Vatican City, Jul 1, 2014 / 05:43 am (CNA/EWTN News).- U.S. ambassador to the Holy See Ken Hackett has praised the attention Pope Francis is giving to the “scourge” of human trafficking, and spoke of collaborative initiatives aimed at its eradication.
“These days when the Pope speaks on any issue it raises the attention level worldwide, and he has done that specifically with human trafficking calling it a ‘scourge,’” the ambassador told CNA June 27.
“I actually saw the note he wrote to one of the archbishops who heads the Pontifical Academy (of Sciences) saying, ‘What are you doing about this?’ So the Pope has given this special attention.”
Hackett serves as the 10th U.S. Ambassador to the Holy See after his nomination last fall, and spoke regarding the U.S. State Department’s 2014 Trafficking in Persons Report, which was released by the embassy June 20.
The annual report provides an assessment of 188 countries in terms of what they are doing to combat human trafficking in preventative and educational terms, as well as the assistance offered to recovered victims.
“The U.S. government has been interested in this for a long time,” as well as the embassy itself, Hackett said. The two countries collaborated when, in his second week in office, “we convened a meeting with anyone we could find in and around the Vatican who was dealing with the issue of human trafficking and brought them together to share their experiences.”
Hackett noted how the Pontifical Council of Sciences has organized two meetings in the last six months to address the issue with international law enforcement officials. The embassy has also partnered with both the Global Freedom Network and Talitha Kum.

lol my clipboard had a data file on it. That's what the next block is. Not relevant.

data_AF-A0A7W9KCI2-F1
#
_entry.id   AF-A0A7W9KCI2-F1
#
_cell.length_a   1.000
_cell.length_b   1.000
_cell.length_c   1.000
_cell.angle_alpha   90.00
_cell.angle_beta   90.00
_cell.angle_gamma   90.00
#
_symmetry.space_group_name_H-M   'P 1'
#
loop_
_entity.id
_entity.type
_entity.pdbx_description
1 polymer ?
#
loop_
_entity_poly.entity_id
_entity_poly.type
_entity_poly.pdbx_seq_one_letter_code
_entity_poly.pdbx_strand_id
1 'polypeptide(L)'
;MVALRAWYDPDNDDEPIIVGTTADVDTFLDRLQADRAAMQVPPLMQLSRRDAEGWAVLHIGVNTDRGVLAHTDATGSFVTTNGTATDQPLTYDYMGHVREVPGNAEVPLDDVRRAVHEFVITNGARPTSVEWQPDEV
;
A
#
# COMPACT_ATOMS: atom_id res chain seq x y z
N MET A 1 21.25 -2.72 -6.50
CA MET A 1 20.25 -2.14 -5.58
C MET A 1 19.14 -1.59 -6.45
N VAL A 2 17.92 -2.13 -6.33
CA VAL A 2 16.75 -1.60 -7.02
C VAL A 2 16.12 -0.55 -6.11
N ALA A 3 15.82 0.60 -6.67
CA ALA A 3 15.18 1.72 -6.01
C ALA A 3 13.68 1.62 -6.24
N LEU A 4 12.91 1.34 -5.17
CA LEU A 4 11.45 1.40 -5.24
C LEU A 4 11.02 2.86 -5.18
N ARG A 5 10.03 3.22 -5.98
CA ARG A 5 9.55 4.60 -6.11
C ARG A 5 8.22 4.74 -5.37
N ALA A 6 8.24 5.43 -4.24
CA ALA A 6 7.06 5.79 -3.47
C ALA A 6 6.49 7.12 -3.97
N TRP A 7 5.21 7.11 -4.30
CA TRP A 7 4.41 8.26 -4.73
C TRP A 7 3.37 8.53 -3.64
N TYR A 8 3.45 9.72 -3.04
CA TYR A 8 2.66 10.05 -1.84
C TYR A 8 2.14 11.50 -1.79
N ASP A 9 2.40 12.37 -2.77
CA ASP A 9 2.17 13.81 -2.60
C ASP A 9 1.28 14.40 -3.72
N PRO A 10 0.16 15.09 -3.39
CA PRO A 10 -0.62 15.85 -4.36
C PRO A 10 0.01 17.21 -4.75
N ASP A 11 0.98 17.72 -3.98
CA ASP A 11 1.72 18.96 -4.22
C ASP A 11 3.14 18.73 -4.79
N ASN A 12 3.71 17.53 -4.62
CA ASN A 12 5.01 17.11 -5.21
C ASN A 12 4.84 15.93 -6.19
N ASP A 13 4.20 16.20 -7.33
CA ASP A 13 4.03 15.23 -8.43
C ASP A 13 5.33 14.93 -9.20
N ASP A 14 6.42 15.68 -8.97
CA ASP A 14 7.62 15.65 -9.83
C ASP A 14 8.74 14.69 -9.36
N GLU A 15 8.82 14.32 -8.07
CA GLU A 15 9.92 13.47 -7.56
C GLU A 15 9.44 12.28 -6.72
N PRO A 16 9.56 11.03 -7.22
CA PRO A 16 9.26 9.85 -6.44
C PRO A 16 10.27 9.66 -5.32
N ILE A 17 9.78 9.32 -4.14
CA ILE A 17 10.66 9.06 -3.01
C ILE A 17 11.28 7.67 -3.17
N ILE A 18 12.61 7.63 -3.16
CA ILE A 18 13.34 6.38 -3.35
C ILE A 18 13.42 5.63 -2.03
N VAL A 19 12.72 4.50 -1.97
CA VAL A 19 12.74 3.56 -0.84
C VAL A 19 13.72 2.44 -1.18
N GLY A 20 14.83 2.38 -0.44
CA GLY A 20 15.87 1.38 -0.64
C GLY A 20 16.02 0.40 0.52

Talitha Kum is a group of women religious who collaborate to fight human trafficking. The U.S. embassy to the Holy See recently partnered with them in their most recent campaign against trafficking for the World Cup, entitled “Play for Life, against Human Trafficking.”
Hackett also noted how the embassy is working with the the U.S. Conference of Catholic Bishops to “beef up their work on human trafficking in the United States.”
“Even in the United States we’re still faced with those kind of issues. We’re not above it,” the ambassador admitted. “Prostitution, moving of people for forced labor, all exists within the United States as well as the rest of the world.”
Referring to how the report identified the trafficking of persons onto fishing vessels as a growing phenomenon being uncovered, Hackett stated that “It’s like something right out of the 18th century.”
“People are taken on board boats, their passports are taken and they work on those boats virtually as slaves,” he explained, observing how the Vatican organization the Apostleship of the Sea is putting forth great efforts “to work on that particular issue.”
There is a growing danger of trafficking in war and conflict zones due to the increased numbers of persons fleeing violence, paricularly in Syria and Iraq, Hackett said.
A conflit zone “is fertile ground,” he said, because “when the situation is de-stabilized that’s when bad things happen.”
Hackett affirmed that the embassy will be continue to be involved in fighting sex trafficking. A third international meeting organized by the Pontifical Academy of Sciences is already slated to take place between Vatican and civil law enforcement officials.
“We have great hopes that it will continue to raise the attention level worldwide to this scourge and encourage governments and other organizations to do more to eliminate this terrible evil.”